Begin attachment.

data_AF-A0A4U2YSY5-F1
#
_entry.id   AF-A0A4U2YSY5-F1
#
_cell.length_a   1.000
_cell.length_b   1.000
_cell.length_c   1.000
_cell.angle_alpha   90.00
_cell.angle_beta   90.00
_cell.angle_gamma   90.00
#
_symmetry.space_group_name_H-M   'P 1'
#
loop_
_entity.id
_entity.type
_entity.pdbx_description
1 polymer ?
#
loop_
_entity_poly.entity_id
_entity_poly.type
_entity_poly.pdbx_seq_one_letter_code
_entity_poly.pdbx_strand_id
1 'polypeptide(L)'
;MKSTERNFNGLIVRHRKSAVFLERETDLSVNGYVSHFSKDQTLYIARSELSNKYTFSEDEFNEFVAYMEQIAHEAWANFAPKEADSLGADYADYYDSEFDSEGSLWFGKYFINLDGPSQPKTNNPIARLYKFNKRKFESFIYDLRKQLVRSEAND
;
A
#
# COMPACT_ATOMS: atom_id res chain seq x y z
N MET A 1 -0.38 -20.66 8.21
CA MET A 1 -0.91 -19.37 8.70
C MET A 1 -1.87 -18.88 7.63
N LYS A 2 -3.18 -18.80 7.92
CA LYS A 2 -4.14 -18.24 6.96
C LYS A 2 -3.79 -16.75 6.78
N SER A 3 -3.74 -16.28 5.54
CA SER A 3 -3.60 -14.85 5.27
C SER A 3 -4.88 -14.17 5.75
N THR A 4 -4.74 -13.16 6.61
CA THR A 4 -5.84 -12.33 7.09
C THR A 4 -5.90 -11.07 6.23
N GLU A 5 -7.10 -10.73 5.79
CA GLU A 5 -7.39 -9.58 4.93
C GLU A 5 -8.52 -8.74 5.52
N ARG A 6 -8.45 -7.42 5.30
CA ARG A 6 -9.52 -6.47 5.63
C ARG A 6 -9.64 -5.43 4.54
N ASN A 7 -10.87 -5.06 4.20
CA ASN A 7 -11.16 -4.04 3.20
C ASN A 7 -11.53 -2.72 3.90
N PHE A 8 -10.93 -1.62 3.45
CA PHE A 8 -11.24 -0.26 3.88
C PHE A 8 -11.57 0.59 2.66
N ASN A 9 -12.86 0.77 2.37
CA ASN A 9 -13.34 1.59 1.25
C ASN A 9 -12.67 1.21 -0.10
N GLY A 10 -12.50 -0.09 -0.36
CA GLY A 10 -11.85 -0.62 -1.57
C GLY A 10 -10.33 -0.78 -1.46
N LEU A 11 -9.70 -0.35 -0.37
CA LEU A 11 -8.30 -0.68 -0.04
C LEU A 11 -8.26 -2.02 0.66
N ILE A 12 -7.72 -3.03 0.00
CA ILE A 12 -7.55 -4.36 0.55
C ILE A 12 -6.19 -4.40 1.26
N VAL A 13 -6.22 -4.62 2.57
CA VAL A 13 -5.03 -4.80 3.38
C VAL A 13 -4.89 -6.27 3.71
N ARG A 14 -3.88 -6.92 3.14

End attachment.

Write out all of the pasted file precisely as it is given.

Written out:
data_AF-A0A4U2YSY5-F1
#
_entry.id   AF-A0A4U2YSY5-F1
#
_cell.length_a   1.000
_cell.length_b   1.000
_cell.length_c   1.000
_cell.angle_alpha   90.00
_cell.angle_beta   90.00
_cell.angle_gamma   90.00
#
_symmetry.space_group_name_H-M   'P 1'
#
loop_
_entity.id
_entity.type
_entity.pdbx_description
1 polymer ?
#
loop_
_entity_poly.entity_id
_entity_poly.type
_entity_poly.pdbx_seq_one_letter_code
_entity_poly.pdbx_strand_id
1 'polypeptide(L)'
;MKSTERNFNGLIVRHRKSAVFLERETDLSVNGYVSHFSKDQTLYIARSELSNKYTFSEDEFNEFVAYMEQIAHEAWANFAPKEADSLGADYADYYDSEFDSEGSLWFGKYFINLDGPSQPKTNNPIARLYKFNKRKFESFIYDLRKQLVRSEAND
;
A
#
# COMPACT_ATOMS: atom_id res chain seq x y z
N MET A 1 -0.38 -20.66 8.21
CA MET A 1 -0.91 -19.37 8.70
C MET A 1 -1.87 -18.88 7.63
N LYS A 2 -3.18 -18.80 7.92
CA LYS A 2 -4.14 -18.24 6.96
C LYS A 2 -3.79 -16.75 6.78
N SER A 3 -3.74 -16.28 5.54
CA SER A 3 -3.60 -14.85 5.27
C SER A 3 -4.88 -14.17 5.75
N THR A 4 -4.74 -13.16 6.61
CA THR A 4 -5.84 -12.33 7.09
C THR A 4 -5.90 -11.07 6.23
N GLU A 5 -7.10 -10.73 5.79
CA GLU A 5 -7.39 -9.58 4.93
C GLU A 5 -8.52 -8.74 5.52
N ARG A 6 -8.45 -7.42 5.30
CA ARG A 6 -9.52 -6.47 5.63
C ARG A 6 -9.64 -5.43 4.54
N ASN A 7 -10.87 -5.06 4.20
CA ASN A 7 -11.16 -4.04 3.20
C ASN A 7 -11.53 -2.72 3.90
N PHE A 8 -10.93 -1.62 3.45
CA PHE A 8 -11.24 -0.26 3.88
C PHE A 8 -11.57 0.59 2.66
N ASN A 9 -12.86 0.77 2.37
CA ASN A 9 -13.34 1.59 1.25
C ASN A 9 -12.67 1.21 -0.10
N GLY A 10 -12.50 -0.09 -0.36
CA GLY A 10 -11.85 -0.62 -1.57
C GLY A 10 -10.33 -0.78 -1.46
N LEU A 11 -9.70 -0.35 -0.37
CA LEU A 11 -8.30 -0.68 -0.04
C LEU A 11 -8.26 -2.02 0.66
N ILE A 12 -7.72 -3.03 0.00
CA ILE A 12 -7.55 -4.36 0.55
C ILE A 12 -6.19 -4.40 1.26
N VAL A 13 -6.22 -4.62 2.57
CA VAL A 13 -5.03 -4.80 3.38
C VAL A 13 -4.89 -6.27 3.71
N ARG A 14 -3.88 -6.92 3.14